If you have dry skin, you should avoid any toner labelled 'astringent' and any product that has one or more of the following ingredients high on the list:




     •Isopropyl alcohol

Not all alcohols are created equally though. Dr. Hauschka's skincare expert notes that "We make our own natural alcohol by fermenting organically grown wheat. It's a certified organic food-grade ethyl alcohol. Many plant actives are extracted in alcohol because it gains the widest variety of plant constituents."

She also notes that alcohol can provide valuable function to a product, when formulated correctly. "Alcohol serves as a natural emulsifier, preservative and carrier, helping botanical ingredients to penetrate the skin. Alcohol is not drying to the skin when part of a carefully formulated Dr. Hauschka composition. Our alcohol is derived from a fermentation and distillation process and is gluten-free."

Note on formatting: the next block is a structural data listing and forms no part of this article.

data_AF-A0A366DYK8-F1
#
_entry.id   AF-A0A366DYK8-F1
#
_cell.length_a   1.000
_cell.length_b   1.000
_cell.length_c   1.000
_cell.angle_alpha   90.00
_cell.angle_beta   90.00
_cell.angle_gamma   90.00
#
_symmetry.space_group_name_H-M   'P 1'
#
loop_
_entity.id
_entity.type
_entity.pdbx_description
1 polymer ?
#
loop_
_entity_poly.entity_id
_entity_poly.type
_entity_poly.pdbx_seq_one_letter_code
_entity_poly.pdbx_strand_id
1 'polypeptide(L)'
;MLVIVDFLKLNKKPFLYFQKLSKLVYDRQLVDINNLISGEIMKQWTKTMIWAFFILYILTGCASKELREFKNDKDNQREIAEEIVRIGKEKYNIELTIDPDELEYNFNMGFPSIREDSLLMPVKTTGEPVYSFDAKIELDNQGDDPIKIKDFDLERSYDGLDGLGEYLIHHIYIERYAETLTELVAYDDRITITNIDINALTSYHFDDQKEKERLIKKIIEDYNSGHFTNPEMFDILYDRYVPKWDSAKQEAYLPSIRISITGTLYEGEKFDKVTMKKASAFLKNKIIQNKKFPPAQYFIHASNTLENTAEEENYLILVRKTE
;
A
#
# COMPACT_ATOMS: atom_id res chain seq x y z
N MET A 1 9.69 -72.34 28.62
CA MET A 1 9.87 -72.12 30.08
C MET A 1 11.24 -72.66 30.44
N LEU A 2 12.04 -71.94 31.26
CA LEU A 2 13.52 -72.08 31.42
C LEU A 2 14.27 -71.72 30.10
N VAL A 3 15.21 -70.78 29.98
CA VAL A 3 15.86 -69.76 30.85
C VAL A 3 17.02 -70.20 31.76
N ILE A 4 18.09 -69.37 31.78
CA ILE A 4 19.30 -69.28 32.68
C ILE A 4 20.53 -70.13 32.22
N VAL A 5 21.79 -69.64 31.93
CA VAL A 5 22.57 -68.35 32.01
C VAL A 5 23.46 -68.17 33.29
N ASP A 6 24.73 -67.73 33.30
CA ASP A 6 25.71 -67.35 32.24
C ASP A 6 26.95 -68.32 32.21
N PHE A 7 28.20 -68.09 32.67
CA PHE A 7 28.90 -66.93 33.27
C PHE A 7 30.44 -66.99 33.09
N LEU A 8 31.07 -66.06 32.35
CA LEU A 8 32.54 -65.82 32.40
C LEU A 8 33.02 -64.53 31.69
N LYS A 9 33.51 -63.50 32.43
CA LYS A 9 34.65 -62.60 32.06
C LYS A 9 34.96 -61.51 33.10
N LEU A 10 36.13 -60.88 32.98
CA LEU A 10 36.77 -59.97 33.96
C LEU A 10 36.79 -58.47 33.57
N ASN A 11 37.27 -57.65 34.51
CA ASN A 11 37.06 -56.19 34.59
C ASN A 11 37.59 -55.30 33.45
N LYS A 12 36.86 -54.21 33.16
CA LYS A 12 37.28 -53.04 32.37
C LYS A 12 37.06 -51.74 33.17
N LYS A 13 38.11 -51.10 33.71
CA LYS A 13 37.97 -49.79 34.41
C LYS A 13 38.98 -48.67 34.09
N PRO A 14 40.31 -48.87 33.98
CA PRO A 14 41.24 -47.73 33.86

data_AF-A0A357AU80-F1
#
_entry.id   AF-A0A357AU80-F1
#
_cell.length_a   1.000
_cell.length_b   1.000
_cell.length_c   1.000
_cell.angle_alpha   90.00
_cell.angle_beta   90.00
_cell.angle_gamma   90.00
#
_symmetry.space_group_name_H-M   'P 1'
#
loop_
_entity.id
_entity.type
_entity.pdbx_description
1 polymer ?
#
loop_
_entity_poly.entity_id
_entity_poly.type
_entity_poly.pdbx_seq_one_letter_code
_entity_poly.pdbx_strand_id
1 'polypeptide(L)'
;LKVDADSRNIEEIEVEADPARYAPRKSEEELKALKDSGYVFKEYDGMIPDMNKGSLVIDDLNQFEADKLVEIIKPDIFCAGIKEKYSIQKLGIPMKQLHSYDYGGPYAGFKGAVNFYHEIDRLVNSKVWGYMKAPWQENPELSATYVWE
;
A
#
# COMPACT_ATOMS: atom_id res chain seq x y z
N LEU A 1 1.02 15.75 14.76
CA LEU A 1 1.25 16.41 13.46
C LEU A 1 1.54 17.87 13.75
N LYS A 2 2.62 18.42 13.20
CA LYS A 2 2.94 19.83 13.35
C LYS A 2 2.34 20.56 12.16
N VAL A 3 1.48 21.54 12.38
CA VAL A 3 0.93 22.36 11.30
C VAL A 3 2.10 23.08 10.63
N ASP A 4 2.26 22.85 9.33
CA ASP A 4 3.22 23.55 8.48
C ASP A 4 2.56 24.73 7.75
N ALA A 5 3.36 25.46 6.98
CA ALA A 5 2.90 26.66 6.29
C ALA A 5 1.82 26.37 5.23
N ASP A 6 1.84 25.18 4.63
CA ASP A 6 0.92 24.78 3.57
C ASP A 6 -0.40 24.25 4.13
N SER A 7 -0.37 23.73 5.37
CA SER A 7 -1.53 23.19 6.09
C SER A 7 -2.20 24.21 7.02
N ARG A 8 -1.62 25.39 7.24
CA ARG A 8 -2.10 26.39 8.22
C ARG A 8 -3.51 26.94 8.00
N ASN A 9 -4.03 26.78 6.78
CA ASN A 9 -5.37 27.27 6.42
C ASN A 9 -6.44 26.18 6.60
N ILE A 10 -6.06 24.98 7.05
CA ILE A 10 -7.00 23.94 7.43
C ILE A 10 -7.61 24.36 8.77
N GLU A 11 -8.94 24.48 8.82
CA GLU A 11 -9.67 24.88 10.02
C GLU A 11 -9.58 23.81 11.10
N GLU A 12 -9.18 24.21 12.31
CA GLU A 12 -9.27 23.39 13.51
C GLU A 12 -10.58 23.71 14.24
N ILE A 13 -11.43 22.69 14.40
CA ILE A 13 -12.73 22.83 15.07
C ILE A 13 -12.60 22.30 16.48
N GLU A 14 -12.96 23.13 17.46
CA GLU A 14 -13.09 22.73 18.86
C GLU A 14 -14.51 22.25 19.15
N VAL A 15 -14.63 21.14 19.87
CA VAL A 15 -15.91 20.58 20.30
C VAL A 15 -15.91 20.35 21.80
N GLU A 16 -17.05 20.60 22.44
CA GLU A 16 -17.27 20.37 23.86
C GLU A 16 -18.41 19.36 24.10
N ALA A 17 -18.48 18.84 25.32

It's also important to understand that certain fatty alcohols, such as cetyl alcohol, are perfectly fine for dry skin. These ingredients are more commonly found in moisturising lotions and creams. This also doesn't mean dry skin types should avoid toner altogether. Toners can actually be very beneficial for dry skin, because they balance the skin's pH.